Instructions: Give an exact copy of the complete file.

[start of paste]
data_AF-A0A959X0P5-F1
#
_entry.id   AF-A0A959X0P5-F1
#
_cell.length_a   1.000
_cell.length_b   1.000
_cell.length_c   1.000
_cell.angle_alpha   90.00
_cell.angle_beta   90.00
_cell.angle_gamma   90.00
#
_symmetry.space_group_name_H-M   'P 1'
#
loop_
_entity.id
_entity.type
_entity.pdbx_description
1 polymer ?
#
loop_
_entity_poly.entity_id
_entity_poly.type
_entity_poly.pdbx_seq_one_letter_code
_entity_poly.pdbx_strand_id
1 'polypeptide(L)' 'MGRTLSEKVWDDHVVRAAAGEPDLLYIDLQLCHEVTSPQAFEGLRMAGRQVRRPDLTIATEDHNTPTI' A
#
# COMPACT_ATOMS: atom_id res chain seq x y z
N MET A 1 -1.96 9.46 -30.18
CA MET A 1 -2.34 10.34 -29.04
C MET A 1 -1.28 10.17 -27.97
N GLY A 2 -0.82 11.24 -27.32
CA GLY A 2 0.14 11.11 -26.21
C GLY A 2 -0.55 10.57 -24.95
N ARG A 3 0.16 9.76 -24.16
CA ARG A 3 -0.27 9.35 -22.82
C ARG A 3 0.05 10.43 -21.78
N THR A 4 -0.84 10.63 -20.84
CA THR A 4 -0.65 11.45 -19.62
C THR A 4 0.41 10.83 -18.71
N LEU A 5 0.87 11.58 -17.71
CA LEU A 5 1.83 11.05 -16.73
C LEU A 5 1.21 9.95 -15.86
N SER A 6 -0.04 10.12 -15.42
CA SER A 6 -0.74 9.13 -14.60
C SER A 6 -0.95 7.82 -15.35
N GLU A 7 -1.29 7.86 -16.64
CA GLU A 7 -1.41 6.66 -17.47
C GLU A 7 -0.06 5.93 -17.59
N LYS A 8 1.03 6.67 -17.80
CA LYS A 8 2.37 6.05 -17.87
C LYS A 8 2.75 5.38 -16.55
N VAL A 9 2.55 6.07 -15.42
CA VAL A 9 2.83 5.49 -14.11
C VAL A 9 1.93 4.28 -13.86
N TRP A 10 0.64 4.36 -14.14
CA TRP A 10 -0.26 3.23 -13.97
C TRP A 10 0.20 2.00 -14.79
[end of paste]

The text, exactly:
data_AF-A0A959X0P5-F1
#
_entry.id   AF-A0A959X0P5-F1
#
_cell.length_a   1.000
_cell.length_b   1.000
_cell.length_c   1.000
_cell.angle_alpha   90.00
_cell.angle_beta   90.00
_cell.angle_gamma   90.00
#
_symmetry.space_group_name_H-M   'P 1'
#
loop_
_entity.id
_entity.type
_entity.pdbx_description
1 polymer ?
#
loop_
_entity_poly.entity_id
_entity_poly.type
_entity_poly.pdbx_seq_one_letter_code
_entity_poly.pdbx_strand_id
1 'polypeptide(L)' 'MGRTLSEKVWDDHVVRAAAGEPDLLYIDLQLCHEVTSPQAFEGLRMAGRQVRRPDLTIATEDHNTPTI' A
#
# COMPACT_ATOMS: atom_id res chain seq x y z
N MET A 1 -1.96 9.46 -30.18
CA MET A 1 -2.34 10.34 -29.04
C MET A 1 -1.28 10.17 -27.97
N GLY A 2 -0.82 11.24 -27.32
CA GLY A 2 0.14 11.11 -26.21
C GLY A 2 -0.55 10.57 -24.95
N ARG A 3 0.16 9.76 -24.16
CA ARG A 3 -0.27 9.35 -22.82
C ARG A 3 0.05 10.43 -21.78
N THR A 4 -0.84 10.63 -20.84
CA THR A 4 -0.65 11.45 -19.62
C THR A 4 0.41 10.83 -18.71
N LEU A 5 0.87 11.58 -17.71
CA LEU A 5 1.83 11.05 -16.73
C LEU A 5 1.21 9.95 -15.86
N SER A 6 -0.04 10.12 -15.42
CA SER A 6 -0.74 9.13 -14.60
C SER A 6 -0.95 7.82 -15.35
N GLU A 7 -1.29 7.86 -16.64
CA GLU A 7 -1.41 6.66 -17.47
C GLU A 7 -0.06 5.93 -17.59
N LYS A 8 1.03 6.67 -17.80
CA LYS A 8 2.37 6.05 -17.87
C LYS A 8 2.75 5.38 -16.55
N VAL A 9 2.55 6.07 -15.42
CA VAL A 9 2.83 5.49 -14.11
C VAL A 9 1.93 4.28 -13.86
N TRP A 10 0.64 4.36 -14.14
CA TRP A 10 -0.26 3.23 -13.97
C TRP A 10 0.20 2.00 -14.79